Find a normal subgroup $H$ of $\mathbb{Z}_{mn}$ of order $m$ where $m$ and $n$ are positive integers. Show that $H$ is isomorphic to $\mathbb{Z}_{m}$.

I am honestly not even sure where to start. My initial thoughts were if $\mathbb{Z}_{mn}$ was isomorphic to $\mathbb{Z}_{m}\times \mathbb{Z}_{n}$ then I could find a subgroup $H$ from that group. However, I discovered that $\mathbb{Z}_{mn}$ is isomorphic to $\mathbb{Z}_{m}\times \mathbb{Z}_{n}$ but the converse is not true. Would $H$ look like a cyclic group of order $m$ with an arbitrary generator $a$?

Any help would be great.

  • 1
    $\begingroup$ Suppose $x$ is a generator for $\Bbb Z_{mn}$. What can you say about the order of $nx$ (Here, $nx = x + x + \cdots + x$ ($n$ times))? $\endgroup$ – David Wheeler Mar 4 '15 at 7:10

$\mathbb Z_{mn}$ is cyclic has an element of order $mn$ say $x$ Then $nx$ has order $m$.Let $H=\langle nx\rangle $

Now use any two finite cyclic groups are isomorphic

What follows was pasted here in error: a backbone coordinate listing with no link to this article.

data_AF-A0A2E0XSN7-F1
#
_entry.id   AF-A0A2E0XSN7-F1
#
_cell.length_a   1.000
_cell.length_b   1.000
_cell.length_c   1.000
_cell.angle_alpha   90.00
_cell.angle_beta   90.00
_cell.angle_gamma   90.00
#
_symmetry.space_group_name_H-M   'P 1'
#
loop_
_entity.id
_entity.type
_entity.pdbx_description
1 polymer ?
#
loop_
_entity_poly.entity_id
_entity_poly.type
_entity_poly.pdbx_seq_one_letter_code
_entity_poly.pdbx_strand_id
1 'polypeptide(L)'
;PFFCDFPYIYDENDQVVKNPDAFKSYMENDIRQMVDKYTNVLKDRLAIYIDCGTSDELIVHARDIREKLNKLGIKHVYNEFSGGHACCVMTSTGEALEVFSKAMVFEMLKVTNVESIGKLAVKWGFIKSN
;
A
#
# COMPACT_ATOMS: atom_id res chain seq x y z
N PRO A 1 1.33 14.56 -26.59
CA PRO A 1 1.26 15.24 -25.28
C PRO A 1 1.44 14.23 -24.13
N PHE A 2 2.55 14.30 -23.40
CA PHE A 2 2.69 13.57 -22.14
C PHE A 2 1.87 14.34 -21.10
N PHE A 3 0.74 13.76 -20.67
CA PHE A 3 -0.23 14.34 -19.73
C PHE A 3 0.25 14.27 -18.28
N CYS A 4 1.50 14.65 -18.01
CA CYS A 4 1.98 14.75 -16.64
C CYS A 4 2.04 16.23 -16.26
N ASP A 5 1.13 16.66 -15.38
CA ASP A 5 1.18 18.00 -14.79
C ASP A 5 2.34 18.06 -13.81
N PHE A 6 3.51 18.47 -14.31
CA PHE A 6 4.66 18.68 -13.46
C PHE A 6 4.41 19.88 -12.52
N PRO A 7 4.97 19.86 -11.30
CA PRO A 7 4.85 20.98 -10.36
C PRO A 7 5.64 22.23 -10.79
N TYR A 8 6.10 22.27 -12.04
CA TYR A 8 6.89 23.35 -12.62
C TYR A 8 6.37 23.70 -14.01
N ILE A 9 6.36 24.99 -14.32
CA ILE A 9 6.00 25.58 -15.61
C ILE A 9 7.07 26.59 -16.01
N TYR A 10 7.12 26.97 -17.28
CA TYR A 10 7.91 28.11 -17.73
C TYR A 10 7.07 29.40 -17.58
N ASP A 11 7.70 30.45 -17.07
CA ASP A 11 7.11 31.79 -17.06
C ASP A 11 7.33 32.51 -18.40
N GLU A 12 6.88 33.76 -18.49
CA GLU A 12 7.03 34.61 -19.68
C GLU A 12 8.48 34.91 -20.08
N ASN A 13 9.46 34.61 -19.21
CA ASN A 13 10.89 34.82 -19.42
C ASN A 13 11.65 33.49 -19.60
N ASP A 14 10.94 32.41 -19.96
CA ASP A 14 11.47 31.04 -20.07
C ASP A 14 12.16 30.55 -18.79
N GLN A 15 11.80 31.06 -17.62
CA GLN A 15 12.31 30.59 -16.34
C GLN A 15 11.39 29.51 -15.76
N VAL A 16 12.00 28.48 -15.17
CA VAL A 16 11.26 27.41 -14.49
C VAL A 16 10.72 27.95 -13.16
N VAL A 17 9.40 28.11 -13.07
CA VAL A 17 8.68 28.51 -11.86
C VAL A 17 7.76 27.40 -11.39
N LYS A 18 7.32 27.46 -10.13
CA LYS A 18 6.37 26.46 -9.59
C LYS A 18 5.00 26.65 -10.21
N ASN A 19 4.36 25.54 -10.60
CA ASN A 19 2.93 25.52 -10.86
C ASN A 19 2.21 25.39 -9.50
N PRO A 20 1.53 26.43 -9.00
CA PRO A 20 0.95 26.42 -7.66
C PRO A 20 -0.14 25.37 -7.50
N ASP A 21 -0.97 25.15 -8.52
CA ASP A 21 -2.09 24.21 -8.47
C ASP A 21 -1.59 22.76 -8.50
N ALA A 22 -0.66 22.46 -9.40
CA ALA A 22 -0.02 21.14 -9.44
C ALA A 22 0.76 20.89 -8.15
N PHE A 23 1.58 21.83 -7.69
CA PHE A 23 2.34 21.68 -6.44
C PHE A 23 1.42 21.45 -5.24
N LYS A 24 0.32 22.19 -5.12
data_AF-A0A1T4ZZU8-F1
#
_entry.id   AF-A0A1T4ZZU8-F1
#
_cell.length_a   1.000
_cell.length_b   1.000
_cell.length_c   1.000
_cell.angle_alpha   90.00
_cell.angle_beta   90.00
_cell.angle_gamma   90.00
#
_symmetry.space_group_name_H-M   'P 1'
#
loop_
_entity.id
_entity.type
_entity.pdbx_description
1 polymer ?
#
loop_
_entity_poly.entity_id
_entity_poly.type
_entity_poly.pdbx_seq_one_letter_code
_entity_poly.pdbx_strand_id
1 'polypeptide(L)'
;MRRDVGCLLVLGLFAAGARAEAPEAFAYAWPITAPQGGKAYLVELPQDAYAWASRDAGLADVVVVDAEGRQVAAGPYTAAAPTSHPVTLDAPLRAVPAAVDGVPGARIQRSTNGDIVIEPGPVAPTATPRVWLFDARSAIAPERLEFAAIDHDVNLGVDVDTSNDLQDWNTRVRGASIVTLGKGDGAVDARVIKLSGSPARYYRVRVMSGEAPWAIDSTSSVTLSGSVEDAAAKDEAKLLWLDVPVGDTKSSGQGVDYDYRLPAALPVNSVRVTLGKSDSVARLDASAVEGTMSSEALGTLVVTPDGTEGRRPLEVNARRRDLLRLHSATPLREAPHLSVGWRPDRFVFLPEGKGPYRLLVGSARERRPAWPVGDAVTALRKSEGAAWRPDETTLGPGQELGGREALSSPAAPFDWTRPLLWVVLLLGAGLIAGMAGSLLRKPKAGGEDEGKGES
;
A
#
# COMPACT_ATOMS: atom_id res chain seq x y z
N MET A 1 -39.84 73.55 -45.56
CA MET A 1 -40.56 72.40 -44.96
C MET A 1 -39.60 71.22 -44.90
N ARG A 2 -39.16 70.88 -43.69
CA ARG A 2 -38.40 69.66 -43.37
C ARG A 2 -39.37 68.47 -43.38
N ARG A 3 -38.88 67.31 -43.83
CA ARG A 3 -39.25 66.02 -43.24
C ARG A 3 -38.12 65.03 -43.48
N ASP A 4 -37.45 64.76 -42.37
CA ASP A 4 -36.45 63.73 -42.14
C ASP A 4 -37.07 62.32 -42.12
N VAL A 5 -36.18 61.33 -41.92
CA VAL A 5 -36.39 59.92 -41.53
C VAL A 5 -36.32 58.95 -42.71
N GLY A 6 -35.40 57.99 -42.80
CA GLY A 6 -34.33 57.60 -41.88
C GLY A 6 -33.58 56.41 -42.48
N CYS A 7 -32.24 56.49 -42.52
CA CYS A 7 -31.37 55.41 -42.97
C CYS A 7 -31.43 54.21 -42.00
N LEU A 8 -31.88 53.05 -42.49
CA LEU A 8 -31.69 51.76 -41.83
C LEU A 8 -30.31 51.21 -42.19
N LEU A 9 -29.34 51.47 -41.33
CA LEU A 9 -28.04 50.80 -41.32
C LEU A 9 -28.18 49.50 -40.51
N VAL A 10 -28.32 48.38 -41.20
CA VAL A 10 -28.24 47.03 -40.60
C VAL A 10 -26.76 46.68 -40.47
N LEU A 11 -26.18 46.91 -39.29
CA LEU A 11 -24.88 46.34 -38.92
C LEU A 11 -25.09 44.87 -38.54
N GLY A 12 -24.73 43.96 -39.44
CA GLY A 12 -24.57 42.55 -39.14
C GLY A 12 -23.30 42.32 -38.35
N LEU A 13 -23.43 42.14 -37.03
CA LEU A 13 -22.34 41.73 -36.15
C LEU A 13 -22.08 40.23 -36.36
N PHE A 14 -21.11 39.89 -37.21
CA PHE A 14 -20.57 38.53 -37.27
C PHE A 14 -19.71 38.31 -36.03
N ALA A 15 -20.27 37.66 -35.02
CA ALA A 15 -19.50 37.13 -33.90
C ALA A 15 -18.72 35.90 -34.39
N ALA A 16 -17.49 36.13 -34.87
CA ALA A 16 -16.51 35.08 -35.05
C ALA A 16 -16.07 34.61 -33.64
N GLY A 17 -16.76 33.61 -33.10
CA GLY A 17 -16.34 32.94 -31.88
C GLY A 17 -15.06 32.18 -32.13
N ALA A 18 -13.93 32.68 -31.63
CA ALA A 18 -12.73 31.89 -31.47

• $\begingroup$ I apologize for not being clear but the end goal is to use the fundamental homomorphism theorem or the first isomorphism theorem. So it would be a better idea to construct a function that is a bijective homomorphism. However, I do not know how to construct such a function for this case. $\endgroup$ – Rick Strut Mar 4 '15 at 16:21
  • $\begingroup$ It looks like I'm just working with numbers mod mn here. So if I put x=1 and think about the set of numbers {0,n,2n,3n,...,(m-1)n}. I can see a correspondence with {0,1,2,3,...,(m-1)} but do not know how to make the function. $\endgroup$ – Rick Strut Mar 4 '15 at 16:23

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